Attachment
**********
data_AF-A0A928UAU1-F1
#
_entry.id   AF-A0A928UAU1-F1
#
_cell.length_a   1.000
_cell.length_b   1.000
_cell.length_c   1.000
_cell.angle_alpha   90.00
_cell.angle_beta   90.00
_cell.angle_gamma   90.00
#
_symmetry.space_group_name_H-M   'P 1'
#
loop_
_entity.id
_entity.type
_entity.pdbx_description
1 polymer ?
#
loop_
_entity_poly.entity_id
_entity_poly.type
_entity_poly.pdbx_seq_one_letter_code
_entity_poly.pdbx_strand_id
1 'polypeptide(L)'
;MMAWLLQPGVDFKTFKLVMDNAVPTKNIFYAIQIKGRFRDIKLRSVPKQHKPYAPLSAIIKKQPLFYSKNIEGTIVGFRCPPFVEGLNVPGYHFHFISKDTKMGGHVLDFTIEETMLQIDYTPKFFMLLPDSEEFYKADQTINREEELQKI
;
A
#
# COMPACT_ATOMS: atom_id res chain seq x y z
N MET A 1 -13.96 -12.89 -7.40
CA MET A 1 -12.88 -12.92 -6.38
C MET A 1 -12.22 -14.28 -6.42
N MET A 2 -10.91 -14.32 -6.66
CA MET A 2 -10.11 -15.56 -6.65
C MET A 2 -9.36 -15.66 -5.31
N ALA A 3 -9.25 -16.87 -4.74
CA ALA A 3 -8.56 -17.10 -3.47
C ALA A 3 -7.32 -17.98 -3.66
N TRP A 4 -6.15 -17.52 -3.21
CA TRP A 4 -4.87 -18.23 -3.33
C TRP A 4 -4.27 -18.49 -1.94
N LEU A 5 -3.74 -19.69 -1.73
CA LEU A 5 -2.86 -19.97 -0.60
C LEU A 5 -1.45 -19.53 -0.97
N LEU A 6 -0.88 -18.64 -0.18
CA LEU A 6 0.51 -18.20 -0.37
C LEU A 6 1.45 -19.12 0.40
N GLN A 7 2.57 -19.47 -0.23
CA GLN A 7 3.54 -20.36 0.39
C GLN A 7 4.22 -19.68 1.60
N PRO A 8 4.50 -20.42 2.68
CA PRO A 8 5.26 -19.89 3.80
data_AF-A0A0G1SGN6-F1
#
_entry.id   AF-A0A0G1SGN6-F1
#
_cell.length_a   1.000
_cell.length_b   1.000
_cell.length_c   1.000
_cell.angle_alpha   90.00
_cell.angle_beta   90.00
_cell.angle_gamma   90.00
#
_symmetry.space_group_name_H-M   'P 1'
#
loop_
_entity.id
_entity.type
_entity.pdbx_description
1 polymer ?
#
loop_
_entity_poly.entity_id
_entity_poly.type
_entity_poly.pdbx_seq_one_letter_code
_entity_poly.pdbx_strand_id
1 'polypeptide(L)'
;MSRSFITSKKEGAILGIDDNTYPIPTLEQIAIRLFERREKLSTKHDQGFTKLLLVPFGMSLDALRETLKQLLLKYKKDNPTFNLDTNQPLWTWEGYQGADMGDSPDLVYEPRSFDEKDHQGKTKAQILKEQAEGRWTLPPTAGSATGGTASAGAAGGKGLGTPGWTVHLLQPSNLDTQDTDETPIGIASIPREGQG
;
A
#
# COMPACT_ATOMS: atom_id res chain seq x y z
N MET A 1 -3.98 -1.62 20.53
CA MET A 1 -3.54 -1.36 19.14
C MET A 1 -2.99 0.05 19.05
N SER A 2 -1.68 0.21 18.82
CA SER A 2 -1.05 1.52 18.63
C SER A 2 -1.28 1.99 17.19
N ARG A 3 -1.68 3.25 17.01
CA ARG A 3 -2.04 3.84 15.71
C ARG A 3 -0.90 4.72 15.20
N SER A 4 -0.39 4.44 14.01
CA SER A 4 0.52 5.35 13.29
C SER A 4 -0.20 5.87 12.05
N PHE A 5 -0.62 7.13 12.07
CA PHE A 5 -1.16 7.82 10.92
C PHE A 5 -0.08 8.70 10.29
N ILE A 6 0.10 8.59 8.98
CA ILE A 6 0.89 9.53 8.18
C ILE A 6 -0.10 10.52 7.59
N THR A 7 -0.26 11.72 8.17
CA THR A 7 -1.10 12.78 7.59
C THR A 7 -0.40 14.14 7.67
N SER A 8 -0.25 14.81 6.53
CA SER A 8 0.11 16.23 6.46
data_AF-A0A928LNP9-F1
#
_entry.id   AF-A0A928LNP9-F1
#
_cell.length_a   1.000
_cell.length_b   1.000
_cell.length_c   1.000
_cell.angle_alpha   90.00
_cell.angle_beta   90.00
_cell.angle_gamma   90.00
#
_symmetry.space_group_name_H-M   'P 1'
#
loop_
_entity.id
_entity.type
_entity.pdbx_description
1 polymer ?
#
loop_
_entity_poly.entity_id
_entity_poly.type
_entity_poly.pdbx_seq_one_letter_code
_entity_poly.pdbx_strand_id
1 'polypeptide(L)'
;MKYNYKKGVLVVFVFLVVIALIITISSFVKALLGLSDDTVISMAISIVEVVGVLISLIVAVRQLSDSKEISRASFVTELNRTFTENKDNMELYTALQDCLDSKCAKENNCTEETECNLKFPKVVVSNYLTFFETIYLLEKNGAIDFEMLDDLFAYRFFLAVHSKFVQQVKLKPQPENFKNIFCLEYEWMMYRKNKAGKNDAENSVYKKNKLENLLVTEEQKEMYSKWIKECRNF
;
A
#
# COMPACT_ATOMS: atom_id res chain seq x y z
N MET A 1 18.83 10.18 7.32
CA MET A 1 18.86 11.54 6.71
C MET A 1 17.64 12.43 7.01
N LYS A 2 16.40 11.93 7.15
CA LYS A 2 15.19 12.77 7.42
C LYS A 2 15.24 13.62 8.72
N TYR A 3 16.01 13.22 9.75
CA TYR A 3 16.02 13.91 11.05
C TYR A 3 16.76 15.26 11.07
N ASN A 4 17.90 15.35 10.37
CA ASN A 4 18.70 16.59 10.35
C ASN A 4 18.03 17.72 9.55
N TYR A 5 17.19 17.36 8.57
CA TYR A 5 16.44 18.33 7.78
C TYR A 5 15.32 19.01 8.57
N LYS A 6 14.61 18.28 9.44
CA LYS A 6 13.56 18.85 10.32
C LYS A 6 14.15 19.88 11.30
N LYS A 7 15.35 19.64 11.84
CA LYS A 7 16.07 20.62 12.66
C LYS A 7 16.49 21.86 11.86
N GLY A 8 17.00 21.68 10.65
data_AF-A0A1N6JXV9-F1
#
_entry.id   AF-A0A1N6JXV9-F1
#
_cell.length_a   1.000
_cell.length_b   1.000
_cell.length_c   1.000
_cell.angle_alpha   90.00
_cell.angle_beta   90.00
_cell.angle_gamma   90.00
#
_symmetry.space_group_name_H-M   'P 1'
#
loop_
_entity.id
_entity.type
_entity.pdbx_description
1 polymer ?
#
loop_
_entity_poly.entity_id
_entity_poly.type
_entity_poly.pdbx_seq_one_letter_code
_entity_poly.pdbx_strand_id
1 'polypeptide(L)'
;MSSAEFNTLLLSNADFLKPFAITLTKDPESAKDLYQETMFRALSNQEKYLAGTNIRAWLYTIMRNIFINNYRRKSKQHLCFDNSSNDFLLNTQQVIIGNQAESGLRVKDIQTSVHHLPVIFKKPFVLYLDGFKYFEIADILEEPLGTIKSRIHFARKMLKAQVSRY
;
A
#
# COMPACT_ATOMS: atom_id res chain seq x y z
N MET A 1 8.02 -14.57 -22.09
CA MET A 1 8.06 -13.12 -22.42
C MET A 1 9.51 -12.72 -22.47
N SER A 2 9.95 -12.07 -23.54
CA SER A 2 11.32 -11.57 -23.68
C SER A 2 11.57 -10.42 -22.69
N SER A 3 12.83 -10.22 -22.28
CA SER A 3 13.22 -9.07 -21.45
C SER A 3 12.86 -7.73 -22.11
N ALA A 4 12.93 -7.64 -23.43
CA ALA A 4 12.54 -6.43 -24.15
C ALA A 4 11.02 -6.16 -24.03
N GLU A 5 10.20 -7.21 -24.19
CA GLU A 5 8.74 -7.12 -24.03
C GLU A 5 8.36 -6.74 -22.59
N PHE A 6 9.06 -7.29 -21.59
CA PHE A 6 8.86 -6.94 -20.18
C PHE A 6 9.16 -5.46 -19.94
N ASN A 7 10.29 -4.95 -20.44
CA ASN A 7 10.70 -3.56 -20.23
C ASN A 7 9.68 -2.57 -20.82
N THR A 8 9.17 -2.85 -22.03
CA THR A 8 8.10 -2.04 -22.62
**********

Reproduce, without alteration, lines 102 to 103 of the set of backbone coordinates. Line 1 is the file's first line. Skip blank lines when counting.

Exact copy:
N THR A 7 -0.26 11.72 8.17
CA THR A 7 -1.10 12.78 7.59